Wednesday, September 12

Italy: Out on a Limb?

Back home in the Midwest, my brother-in-law and his kids were busy sawing, hammering and installing away to create a modern treehouse to suit the tastes of an 11 yr old who wants to host sleepovers inside there.  Naturally, in cool Michigan, that includes installing insulation, a word that can barely be translated into Italian (but that's a whole 'nother blog entry).  Beavering away, their work came to an abrupt halt.  A neighbor, who could not see the fortress from their home, complained to the Board inquiring whether or not they had applied for a building permit.
Because they did not consider a tree fort a building, in reality, they hadn't even looked into it.  Building on their own property, creating only an eyesore for their very own BBQ parties...they're hoping they'll pass the City Board approval with flying colors.
And, although it seems like a bureaucratic piece of nonsense, I still say, it's a good thing the neighbors snitched.
In Italy, each August, new constructions go up right atop of historical buildings, new floors are added that block your view (illegal in Italy), or a neighbor decides to expand right up to your property line.  And the neighbors do complain.  The problem is, like almost every other law in over-burdened by inane & sane laws Italy, it won't get enforced.
A group of people near Santa Maria Maggiore complained about a whole new floor added to a building during the time the building was under wraps for a repaint.  They won in court and the perpetrator was told to knock it down.  That was about six years ago, and the addition is still left standing, used for hosting parties and more on the fabulous terrace with a view of all of Rome.  The owners drag their feet, waiting for an amnesty under a new govt so they can carry on partying it up--up on the roof.
They may feel the pain only should they try to sell (not a very common occurrence since these structures are built for bambini and their future offspring).  Up and down the historical park of the Appian Way, illegal constructions are the order of the day.  You can buy one of these luxury houses with pool too.  The problem is, if you're caught, you've paid for a property that one day might be taken down or fined tremendously.  This practice is rampant throughout the country, with an excellent writeup on the over-cementification of Italy in The Dark Heart of Italy, a book by Tobias Jones [check out my reading list on my blog page as well].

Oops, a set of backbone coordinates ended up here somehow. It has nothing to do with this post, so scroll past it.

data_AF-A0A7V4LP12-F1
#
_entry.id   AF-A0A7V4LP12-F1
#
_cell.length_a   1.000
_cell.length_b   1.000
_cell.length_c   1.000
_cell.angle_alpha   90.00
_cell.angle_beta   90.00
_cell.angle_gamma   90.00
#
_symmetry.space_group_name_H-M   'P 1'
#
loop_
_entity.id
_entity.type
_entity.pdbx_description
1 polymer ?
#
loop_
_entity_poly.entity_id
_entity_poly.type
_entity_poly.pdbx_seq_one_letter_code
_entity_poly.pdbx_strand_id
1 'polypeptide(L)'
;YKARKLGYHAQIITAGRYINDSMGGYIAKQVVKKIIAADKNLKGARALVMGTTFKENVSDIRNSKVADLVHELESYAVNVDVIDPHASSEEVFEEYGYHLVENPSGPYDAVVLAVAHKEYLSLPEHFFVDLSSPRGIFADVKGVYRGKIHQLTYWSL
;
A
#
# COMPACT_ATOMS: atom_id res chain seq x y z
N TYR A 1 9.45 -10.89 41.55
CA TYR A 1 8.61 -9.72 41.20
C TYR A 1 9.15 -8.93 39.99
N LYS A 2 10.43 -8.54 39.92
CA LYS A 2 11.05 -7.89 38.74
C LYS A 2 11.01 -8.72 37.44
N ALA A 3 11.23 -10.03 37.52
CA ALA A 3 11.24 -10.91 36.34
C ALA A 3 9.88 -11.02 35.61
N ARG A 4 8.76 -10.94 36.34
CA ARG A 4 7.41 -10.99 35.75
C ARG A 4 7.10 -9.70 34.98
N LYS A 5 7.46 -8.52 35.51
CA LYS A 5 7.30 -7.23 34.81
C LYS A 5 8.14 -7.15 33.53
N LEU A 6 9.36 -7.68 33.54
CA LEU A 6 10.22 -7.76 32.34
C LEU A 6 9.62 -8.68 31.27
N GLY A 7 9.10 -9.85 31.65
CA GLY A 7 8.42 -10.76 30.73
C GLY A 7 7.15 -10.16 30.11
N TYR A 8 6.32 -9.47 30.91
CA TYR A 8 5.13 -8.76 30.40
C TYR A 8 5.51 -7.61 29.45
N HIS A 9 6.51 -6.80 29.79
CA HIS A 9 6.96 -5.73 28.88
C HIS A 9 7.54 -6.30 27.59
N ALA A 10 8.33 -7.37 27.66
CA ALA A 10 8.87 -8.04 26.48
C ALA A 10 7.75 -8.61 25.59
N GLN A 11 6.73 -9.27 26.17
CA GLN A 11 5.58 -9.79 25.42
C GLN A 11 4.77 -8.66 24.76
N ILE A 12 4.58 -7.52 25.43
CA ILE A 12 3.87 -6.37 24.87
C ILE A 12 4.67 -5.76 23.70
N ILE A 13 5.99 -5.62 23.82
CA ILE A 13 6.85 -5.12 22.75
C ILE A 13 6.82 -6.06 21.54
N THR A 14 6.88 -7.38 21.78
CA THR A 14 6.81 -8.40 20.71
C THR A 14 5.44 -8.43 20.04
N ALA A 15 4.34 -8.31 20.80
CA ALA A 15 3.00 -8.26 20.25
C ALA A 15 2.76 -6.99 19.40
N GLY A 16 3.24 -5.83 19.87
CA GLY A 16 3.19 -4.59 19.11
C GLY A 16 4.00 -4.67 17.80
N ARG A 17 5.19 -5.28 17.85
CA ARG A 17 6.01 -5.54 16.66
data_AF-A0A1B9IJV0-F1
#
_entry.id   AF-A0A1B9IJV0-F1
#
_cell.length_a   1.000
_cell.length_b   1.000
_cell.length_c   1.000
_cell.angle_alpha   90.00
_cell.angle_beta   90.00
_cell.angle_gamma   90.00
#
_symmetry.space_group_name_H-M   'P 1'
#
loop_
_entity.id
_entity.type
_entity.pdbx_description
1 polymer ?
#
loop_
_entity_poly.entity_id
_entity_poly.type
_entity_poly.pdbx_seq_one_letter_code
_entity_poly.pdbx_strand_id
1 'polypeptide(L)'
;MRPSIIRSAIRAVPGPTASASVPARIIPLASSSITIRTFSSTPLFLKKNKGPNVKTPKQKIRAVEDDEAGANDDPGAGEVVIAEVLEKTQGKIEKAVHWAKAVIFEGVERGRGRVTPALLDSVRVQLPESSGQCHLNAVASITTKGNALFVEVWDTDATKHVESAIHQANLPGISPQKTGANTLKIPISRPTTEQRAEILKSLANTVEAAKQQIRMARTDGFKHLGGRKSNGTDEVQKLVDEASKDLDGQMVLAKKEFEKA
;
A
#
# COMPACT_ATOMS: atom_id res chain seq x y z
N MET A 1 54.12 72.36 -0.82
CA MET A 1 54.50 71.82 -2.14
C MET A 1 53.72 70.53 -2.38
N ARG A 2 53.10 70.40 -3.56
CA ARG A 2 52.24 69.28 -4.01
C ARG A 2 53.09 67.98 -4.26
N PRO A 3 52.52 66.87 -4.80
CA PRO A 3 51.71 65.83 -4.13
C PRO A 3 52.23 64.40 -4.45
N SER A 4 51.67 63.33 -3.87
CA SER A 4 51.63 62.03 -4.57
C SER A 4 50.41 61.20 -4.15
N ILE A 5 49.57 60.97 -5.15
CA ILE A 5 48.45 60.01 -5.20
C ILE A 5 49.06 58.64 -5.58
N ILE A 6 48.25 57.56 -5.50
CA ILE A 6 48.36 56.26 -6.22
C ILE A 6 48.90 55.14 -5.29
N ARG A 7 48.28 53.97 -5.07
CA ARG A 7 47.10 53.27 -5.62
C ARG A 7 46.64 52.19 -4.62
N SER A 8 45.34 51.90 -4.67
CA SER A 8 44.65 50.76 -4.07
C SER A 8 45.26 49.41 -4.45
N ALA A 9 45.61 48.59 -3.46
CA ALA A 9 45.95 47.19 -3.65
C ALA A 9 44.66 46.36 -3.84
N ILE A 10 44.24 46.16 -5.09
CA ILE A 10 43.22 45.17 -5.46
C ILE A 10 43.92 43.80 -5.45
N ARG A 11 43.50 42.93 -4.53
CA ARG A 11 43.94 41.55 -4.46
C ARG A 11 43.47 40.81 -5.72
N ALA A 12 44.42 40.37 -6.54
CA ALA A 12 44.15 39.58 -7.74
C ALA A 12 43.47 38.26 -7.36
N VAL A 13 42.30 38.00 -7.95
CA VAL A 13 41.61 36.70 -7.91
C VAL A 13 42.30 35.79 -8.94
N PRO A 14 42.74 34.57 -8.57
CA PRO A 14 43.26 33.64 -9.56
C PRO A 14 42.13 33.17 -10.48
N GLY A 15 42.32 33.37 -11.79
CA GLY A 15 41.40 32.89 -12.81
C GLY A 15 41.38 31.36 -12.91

But, let's go back to my American example, above.
What I have never been able to figure out is...why don't the neighbors complain?  I believe it's due to a noxious combination of omertà and a sense of 'sticking it to the authorities'.  Whenever there's a flood, an earthquake, and other such natural disaster that takes with it dozens of homes, we find that the entire country sides with the populace who had built the illegal places to begin with, disregarding the building codes that are in place, precisely to protect them in the case of disaster.  I say, like the losers who build homes on landslides in Beverly Hills, let 'em suffer.  Why should we pay for their illegal edifices?  Just take a look at the thousands of houses nestled in on the foothills of Vesuvius, a live volcano, to see the extent of the cognitive dissonance governing both 'Doing your own thing' and 'Laughing in the Face of Danger.'
What people don't seem to understand is...when 28 new illegal constructions go up in your neighborhood, and left in various states of unbuilding, disrepair, or worse (no garbage collection since they're not on the grid, etc etc), your property value goes down.  When neighbors don't put on paint, or use cheap materials for their window fixtures, your property value goes down.  When garbage piles up and immigrants are sleeping 10 to a room in illegal huts a stone's throw from your bathroom window, your property value goes down.
And yet, the practice persists.  When stores in charming little areas, akin to the Baltimore SeaPort, or New York's Southstreet Seaport go out of business, or, as in many a shopping mall (centro commerciale) or Genoa's Porto Antico, let the plants die in front of their shops or let the paint peel off the storefronts in sheets, it detracts from the rest of the area.  Yet the other property owners don't make a sound.  Other places levy steep fines and tell the storeowners to hit the road.  By doing your best to keep up the area, you're contributing to the value of the surroundings while adding to the experience of the visitors.  Instead, after great fanfare, pristine shops and pedestrian promenades are left to ruin, wooden boardwalks are left in pieces, nails exposed for your kids to tread upon, trash and graffiti pile up..I cannot for the life of me think as to why the shop owners or the visitors or the neighbors still don't complain.
If anyone can offer an explanation, I'm all ears.


Anonymous said...

Amen! Great post. I've always wondered about the lack of complaining (constructive criticism)in general in Italy and I firmly believe that if more people complained, things would change. But at the end of the day, what it comes down to is people don't care.

Dave514 said...

Say you live in Naples or any southern town. There is an illegal building. You complain. You die...and wonder why.

FEAR...of getting involved.